Summary of site:
This is one of a complex of bogs along the Fairy Water River and it is in almost pristine condition.
The slow accumulation of vegetation in bogs makes them ideal sites for the sequential accumulation of pollens from the vegetation of the surrounding area. Detailed study of this buried record enables the history and evolution of vegetation to be reconstructed, providing valuable climatic evidence in the process.
Peat cores taken from Claraghmore have yielded a complete record of the vegetation of the Holocene (the time interval since the end of the last glaciation). Radiocarbon dating has also been used to calibrate the pollen record, making this an invaluable site for age comparisons with more problematic localities.
More recently, the possibility of bogs providing a record of major volcanic events has emerged from research. This is possible because fine volcanic particles (tephra) can be blasted high into the atmosphere and beyond and carried huge distances before finally settling. Added to a carbon-dated pollen sequence, as on this site, precise dating of violent volcanic events becomes possible. This kind of research has been conducted on Garvaghullion, a neighbouring bog and, extended to this bog, would build a secure and invaluable time frame for future research.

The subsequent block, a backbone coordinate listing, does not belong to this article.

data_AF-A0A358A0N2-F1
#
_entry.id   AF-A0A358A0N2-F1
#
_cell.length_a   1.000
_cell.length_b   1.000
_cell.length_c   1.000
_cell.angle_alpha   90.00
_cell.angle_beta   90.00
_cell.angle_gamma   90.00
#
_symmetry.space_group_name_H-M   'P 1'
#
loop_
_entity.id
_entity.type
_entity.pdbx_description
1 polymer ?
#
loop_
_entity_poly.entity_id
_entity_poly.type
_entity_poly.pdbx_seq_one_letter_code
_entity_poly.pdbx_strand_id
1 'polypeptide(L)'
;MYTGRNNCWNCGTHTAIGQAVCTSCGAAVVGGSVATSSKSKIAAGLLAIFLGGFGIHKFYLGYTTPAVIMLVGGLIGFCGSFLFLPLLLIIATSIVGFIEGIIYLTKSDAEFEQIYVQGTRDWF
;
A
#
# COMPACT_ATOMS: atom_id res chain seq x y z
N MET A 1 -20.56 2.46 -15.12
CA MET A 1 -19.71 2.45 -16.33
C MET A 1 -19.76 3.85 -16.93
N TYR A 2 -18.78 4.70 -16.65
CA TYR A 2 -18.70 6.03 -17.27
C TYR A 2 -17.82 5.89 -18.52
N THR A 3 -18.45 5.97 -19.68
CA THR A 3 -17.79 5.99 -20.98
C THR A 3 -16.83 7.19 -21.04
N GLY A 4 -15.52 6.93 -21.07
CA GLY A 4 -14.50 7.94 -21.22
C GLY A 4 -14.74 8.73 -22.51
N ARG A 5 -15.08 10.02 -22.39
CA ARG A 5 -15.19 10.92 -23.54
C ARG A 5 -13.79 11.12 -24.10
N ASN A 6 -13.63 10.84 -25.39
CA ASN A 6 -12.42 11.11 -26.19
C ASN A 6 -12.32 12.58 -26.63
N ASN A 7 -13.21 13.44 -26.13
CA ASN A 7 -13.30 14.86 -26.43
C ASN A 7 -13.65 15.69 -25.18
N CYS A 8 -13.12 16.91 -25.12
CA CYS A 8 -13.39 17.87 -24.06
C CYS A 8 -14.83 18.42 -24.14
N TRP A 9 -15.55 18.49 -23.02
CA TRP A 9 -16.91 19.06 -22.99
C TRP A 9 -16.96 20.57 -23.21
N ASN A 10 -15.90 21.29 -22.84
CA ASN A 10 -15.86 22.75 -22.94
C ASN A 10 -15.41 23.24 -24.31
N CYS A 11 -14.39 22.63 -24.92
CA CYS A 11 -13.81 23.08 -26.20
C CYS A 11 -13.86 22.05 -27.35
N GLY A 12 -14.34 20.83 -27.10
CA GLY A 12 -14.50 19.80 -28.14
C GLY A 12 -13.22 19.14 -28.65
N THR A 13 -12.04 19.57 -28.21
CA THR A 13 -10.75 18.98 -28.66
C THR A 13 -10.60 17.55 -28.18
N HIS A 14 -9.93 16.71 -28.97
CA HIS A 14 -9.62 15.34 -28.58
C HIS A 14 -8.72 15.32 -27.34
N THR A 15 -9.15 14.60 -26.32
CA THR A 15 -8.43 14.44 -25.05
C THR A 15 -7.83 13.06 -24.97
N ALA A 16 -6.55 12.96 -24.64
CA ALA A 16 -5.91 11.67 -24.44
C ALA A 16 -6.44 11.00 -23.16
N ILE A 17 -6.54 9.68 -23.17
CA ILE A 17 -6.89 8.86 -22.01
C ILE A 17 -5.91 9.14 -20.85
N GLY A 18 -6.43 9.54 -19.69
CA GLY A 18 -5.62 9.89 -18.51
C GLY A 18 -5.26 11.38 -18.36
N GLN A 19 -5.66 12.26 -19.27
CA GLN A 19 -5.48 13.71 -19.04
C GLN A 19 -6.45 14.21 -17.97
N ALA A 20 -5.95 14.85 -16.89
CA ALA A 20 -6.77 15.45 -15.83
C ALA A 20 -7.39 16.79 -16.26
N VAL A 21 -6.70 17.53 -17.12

The bog also has a rich variety of modern Sphagnum mosses and other flowering plants typical of wet bogs, and there is a distinct possibility that a patch of oak and hazel woodland immediately to the east is of considerable age (perhaps even mediaeval). This is inferred from the large numbers of woody and herbaceous species found in the woodland.
There are no immediate threats to the site but wetlands are especially delicate environments, prone to sudden and often short term events such as enrichment by blown fertilizer or the drainage of slurry and the drainage and cutting of turf for domestic or horticultural use. Grazing cattle threaten the rich variety of species in the woodland.
There is a growing opinion that the boundaries of the Area of Special Scientific Interest should be revised and redrawn to offer wider protection and to include more recently identified research and heritage potential.